Saturday, November 7, 2009

Sue Scheff: How do we recognize a Panic Attack?

Kara Tamanini is an excellent therapist and specialist with adolescents with ADD/ADHD/ODD and many other diagnoses. She has written children's books that are easy to understand and help your child to believe they are special too. Kara recently wrote an article on panic attacks. During these stressful times, whether your family is struggling with finances, job loss or other hurdles life can bring, learn more about recognizing a panic attack.

How to Recognize a Panic Attack

Anxiety is really on a continuum if you think about. All of us, kids, adolescents and adults have some level of anxiety on any given day. We move from relatively little anxiety to moderate to severe anxiety and we move up and down on this continuum. NOBODY has no anxiety every day, everyone experience some degree of anxiety on any given day. Anxiety is really a good and a bad thing, however high levels of anxiety on a continuing basis interfere with our ability to function in our daily lives. We never are truly able to eliminate anxiety completely, however the goal of psychological treatment is to reduce or manage the anxiety that we have. With that said, how do we know that we are having a panic attack or in other words a sudden and intense fear or anxiety that is absolutely overwhelming to us. Panic attacks happen to children and adults alike and panic attacks do not discriminate based on a person’s age.

In order to recognize whether you are experiencing a panic attack, you must first know the symptoms of a panic attack:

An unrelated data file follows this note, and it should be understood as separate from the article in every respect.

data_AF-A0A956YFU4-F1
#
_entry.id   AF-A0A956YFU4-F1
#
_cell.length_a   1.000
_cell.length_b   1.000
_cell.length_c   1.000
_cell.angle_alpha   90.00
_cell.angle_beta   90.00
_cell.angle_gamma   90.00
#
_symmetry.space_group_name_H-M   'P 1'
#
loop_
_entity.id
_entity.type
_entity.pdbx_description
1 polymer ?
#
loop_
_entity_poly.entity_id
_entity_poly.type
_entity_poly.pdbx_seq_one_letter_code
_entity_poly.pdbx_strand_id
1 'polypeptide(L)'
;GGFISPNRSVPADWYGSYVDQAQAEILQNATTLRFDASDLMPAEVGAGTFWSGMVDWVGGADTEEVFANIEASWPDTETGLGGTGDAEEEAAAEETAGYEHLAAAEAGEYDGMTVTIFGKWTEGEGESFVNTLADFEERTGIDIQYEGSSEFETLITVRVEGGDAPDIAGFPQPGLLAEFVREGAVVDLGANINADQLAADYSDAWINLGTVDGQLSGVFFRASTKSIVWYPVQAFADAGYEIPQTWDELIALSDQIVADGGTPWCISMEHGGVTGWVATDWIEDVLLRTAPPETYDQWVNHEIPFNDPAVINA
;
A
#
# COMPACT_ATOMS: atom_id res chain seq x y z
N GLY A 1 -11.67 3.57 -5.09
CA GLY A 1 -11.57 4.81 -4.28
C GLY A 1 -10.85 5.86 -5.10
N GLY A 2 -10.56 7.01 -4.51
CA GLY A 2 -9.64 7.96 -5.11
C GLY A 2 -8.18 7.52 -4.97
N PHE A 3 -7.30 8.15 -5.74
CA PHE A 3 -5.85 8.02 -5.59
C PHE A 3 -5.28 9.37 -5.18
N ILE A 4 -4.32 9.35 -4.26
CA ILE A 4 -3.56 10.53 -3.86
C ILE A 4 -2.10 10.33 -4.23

1.) you feel like your heart is racing and you have heart palpitations

2.) sweating

3.) trembling or shaking all over your body

4.) Shortness of breath

5.) fear of dying

6.) fear of losing control

7.) nausea or abdominal pain or distress

8.) chills or hot flushes

9.) chest pain or discomfort

10.) feeling of choking

11.) feeling dizzy, unsteady, faint, or lightheaded

12.) derealization (feelings of unreality) or depersonalization (being detached or not part of oneself)

13.) paresthesias (numbness or tingling sensations)

To qualify for a diagnosis of Panic Disorder, at least four of the preceding 13 symptoms are needed. Experiencing these symptoms does not always mean that you are having a panic attack, they may signal a physical problem. Many symptoms of a physical ailment mimic those identified for a panic attack and a physical basis for the symptoms needs to first be ruled out. Individuals should first receive a physical examination to rule out that their is no physical basis for these symptoms. If there is not a physical reason for the preceding symptoms than panic disorder is likely the culprit and psychological intervention is needed. Most individuals that experience panic attacks are treated with Cognitive-Behavioral Therapy (CBT) and psychological intervention is usually needed in order to treat panic attacks. Medications are also often needed in order to treat panic attacks.
Learn more at and follow Kara on Twitter at @KidTherapist

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